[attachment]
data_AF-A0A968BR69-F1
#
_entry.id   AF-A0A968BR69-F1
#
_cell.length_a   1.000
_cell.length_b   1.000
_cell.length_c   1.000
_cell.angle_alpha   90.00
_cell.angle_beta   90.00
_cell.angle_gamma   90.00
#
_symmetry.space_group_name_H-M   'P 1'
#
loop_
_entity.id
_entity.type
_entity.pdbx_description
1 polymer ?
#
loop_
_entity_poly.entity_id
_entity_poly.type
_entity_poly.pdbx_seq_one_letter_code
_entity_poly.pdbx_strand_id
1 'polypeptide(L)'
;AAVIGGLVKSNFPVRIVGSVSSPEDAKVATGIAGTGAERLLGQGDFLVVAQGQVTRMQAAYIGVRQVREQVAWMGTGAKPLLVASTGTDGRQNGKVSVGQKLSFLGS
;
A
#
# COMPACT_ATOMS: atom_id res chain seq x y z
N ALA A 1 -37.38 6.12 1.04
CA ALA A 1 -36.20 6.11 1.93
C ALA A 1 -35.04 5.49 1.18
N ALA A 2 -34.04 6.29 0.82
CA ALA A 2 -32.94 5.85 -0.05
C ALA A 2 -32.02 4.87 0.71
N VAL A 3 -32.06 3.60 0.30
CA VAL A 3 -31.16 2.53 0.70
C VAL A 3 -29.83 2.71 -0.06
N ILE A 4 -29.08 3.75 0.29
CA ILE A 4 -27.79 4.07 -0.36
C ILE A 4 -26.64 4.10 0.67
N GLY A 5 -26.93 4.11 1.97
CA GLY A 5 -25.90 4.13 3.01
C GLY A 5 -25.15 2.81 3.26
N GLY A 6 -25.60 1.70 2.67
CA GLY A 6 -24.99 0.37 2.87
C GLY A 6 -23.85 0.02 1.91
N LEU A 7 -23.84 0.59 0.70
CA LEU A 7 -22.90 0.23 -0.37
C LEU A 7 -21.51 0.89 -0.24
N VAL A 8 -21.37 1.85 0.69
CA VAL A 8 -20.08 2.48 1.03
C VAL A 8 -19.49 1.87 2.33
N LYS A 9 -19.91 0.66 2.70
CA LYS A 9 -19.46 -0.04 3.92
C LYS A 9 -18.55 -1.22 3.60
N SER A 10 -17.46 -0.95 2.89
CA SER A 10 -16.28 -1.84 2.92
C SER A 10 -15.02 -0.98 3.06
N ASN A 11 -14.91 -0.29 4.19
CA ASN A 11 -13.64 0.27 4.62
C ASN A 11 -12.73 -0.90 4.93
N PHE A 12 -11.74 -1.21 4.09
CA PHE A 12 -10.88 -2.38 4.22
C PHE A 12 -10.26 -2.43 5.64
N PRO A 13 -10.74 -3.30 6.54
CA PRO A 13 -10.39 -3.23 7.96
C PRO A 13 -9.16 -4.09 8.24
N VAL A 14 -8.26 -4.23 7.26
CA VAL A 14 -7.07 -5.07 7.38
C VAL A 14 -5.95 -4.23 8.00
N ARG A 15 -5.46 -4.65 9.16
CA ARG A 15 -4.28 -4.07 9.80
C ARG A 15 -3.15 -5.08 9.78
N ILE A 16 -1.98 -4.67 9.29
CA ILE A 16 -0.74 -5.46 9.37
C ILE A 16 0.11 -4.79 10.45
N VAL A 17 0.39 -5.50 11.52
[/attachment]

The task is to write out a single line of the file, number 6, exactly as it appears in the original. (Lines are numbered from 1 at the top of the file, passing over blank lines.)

_cell.length_b   1.000